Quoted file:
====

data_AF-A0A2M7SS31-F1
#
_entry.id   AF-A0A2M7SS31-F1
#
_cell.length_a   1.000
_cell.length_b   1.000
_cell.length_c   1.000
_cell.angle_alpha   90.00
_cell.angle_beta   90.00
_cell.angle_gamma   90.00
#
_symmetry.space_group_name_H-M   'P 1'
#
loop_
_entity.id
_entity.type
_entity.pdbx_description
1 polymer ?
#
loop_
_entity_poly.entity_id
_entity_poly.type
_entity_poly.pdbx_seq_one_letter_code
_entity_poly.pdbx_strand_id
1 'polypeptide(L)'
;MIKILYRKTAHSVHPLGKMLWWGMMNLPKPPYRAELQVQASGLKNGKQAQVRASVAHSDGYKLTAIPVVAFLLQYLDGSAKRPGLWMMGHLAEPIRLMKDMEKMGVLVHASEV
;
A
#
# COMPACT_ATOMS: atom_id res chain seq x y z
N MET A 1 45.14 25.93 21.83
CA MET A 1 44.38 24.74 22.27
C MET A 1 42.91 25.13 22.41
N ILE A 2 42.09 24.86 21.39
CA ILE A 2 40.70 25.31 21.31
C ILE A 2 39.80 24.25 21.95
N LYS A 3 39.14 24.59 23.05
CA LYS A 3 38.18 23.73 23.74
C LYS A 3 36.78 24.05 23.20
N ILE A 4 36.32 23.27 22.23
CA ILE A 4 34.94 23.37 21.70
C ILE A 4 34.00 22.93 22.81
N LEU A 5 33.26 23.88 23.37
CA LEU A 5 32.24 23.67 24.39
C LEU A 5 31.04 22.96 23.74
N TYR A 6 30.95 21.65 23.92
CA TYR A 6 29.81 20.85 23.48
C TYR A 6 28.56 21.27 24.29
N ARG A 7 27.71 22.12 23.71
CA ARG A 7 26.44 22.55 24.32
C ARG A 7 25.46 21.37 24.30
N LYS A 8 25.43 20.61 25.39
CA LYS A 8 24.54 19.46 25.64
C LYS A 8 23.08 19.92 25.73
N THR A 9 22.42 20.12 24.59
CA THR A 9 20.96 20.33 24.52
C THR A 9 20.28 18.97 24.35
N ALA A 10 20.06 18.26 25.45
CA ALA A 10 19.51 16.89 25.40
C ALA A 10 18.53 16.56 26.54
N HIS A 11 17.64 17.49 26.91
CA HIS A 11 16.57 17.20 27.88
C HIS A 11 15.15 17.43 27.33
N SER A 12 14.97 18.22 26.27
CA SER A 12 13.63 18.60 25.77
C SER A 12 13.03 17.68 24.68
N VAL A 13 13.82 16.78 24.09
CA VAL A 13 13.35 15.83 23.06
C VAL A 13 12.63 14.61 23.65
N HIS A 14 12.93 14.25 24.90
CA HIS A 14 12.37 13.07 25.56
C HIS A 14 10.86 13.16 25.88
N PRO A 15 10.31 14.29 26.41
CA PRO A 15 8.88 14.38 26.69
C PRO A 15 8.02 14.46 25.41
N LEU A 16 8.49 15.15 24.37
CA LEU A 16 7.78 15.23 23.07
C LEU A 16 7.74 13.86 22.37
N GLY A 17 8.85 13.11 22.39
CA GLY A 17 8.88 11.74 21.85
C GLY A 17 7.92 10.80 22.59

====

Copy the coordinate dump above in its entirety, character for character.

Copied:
data_AF-A0A2M7SS31-F1
#
_entry.id   AF-A0A2M7SS31-F1
#
_cell.length_a   1.000
_cell.length_b   1.000
_cell.length_c   1.000
_cell.angle_alpha   90.00
_cell.angle_beta   90.00
_cell.angle_gamma   90.00
#
_symmetry.space_group_name_H-M   'P 1'
#
loop_
_entity.id
_entity.type
_entity.pdbx_description
1 polymer ?
#
loop_
_entity_poly.entity_id
_entity_poly.type
_entity_poly.pdbx_seq_one_letter_code
_entity_poly.pdbx_strand_id
1 'polypeptide(L)'
;MIKILYRKTAHSVHPLGKMLWWGMMNLPKPPYRAELQVQASGLKNGKQAQVRASVAHSDGYKLTAIPVVAFLLQYLDGSAKRPGLWMMGHLAEPIRLMKDMEKMGVLVHASEV
;
A
#
# COMPACT_ATOMS: atom_id res chain seq x y z
N MET A 1 45.14 25.93 21.83
CA MET A 1 44.38 24.74 22.27
C MET A 1 42.91 25.13 22.41
N ILE A 2 42.09 24.86 21.39
CA ILE A 2 40.70 25.31 21.31
C ILE A 2 39.80 24.25 21.95
N LYS A 3 39.14 24.59 23.05
CA LYS A 3 38.18 23.73 23.74
C LYS A 3 36.78 24.05 23.20
N ILE A 4 36.32 23.27 22.23
CA ILE A 4 34.94 23.37 21.70
C ILE A 4 34.00 22.93 22.81
N LEU A 5 33.26 23.88 23.37
CA LEU A 5 32.24 23.67 24.39
C LEU A 5 31.04 22.96 23.74
N TYR A 6 30.95 21.65 23.92
CA TYR A 6 29.81 20.85 23.48
C TYR A 6 28.56 21.27 24.29
N ARG A 7 27.71 22.12 23.71
CA ARG A 7 26.44 22.55 24.32
C ARG A 7 25.46 21.37 24.30
N LYS A 8 25.43 20.61 25.39
CA LYS A 8 24.54 19.46 25.64
C LYS A 8 23.08 19.92 25.73
N THR A 9 22.42 20.12 24.59
CA THR A 9 20.96 20.33 24.52
C THR A 9 20.28 18.97 24.35
N ALA A 10 20.06 18.26 25.45
CA ALA A 10 19.51 16.89 25.40
C ALA A 10 18.53 16.56 26.54
N HIS A 11 17.64 17.49 26.91
CA HIS A 11 16.57 17.20 27.88
C HIS A 11 15.15 17.43 27.33
N SER A 12 14.97 18.22 26.27
CA SER A 12 13.63 18.60 25.77
C SER A 12 13.03 17.68 24.68
N VAL A 13 13.82 16.78 24.09
CA VAL A 13 13.35 15.83 23.06
C VAL A 13 12.63 14.61 23.65
N HIS A 14 12.93 14.25 24.90
CA HIS A 14 12.37 13.07 25.56
C HIS A 14 10.86 13.16 25.88
N PRO A 15 10.31 14.29 26.41
CA PRO A 15 8.88 14.38 26.69
C PRO A 15 8.02 14.46 25.41
N LEU A 16 8.49 15.15 24.37
CA LEU A 16 7.78 15.23 23.07
C LEU A 16 7.74 13.86 22.37
N GLY A 17 8.85 13.11 22.39
CA GLY A 17 8.88 11.74 21.85
C GLY A 17 7.92 10.80 22.59